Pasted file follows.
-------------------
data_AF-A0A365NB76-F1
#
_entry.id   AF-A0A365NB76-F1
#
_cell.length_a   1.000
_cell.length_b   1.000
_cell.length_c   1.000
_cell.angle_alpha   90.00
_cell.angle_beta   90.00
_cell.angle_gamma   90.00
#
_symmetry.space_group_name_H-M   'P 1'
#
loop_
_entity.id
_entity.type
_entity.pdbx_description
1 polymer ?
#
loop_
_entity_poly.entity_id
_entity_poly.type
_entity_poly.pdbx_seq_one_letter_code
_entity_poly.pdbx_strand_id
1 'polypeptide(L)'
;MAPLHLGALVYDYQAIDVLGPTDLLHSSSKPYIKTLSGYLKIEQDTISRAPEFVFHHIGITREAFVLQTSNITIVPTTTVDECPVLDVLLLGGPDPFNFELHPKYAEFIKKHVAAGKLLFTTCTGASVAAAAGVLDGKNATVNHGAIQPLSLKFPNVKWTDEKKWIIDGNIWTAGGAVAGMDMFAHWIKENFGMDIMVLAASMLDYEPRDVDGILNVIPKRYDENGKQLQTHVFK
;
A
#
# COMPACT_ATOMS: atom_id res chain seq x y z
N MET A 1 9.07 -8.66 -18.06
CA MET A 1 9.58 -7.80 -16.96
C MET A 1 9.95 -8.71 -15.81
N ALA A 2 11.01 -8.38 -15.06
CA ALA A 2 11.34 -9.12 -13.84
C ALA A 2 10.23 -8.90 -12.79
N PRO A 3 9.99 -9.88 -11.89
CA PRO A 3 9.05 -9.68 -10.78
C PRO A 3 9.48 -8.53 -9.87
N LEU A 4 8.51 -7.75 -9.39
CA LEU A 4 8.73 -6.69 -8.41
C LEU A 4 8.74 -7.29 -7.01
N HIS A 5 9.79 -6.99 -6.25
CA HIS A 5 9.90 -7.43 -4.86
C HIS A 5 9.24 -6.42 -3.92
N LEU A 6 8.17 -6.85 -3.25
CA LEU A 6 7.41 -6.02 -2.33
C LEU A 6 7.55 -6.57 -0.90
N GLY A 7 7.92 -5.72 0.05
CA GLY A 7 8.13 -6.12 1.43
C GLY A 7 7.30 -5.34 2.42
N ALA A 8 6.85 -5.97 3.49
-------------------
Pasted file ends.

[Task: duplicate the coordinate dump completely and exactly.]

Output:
data_AF-A0A365NB76-F1
#
_entry.id   AF-A0A365NB76-F1
#
_cell.length_a   1.000
_cell.length_b   1.000
_cell.length_c   1.000
_cell.angle_alpha   90.00
_cell.angle_beta   90.00
_cell.angle_gamma   90.00
#
_symmetry.space_group_name_H-M   'P 1'
#
loop_
_entity.id
_entity.type
_entity.pdbx_description
1 polymer ?
#
loop_
_entity_poly.entity_id
_entity_poly.type
_entity_poly.pdbx_seq_one_letter_code
_entity_poly.pdbx_strand_id
1 'polypeptide(L)'
;MAPLHLGALVYDYQAIDVLGPTDLLHSSSKPYIKTLSGYLKIEQDTISRAPEFVFHHIGITREAFVLQTSNITIVPTTTVDECPVLDVLLLGGPDPFNFELHPKYAEFIKKHVAAGKLLFTTCTGASVAAAAGVLDGKNATVNHGAIQPLSLKFPNVKWTDEKKWIIDGNIWTAGGAVAGMDMFAHWIKENFGMDIMVLAASMLDYEPRDVDGILNVIPKRYDENGKQLQTHVFK
;
A
#
# COMPACT_ATOMS: atom_id res chain seq x y z
N MET A 1 9.07 -8.66 -18.06
CA MET A 1 9.58 -7.80 -16.96
C MET A 1 9.95 -8.71 -15.81
N ALA A 2 11.01 -8.38 -15.06
CA ALA A 2 11.34 -9.12 -13.84
C ALA A 2 10.23 -8.90 -12.79
N PRO A 3 9.99 -9.88 -11.89
CA PRO A 3 9.05 -9.68 -10.78
C PRO A 3 9.48 -8.53 -9.87
N LEU A 4 8.51 -7.75 -9.39
CA LEU A 4 8.73 -6.69 -8.41
C LEU A 4 8.74 -7.29 -7.01
N HIS A 5 9.79 -6.99 -6.25
CA HIS A 5 9.90 -7.43 -4.86
C HIS A 5 9.24 -6.42 -3.92
N LEU A 6 8.17 -6.85 -3.25
CA LEU A 6 7.41 -6.02 -2.33
C LEU A 6 7.55 -6.57 -0.90
N GLY A 7 7.92 -5.72 0.05
CA GLY A 7 8.13 -6.12 1.43
C GLY A 7 7.30 -5.34 2.42
N ALA A 8 6.85 -5.97 3.49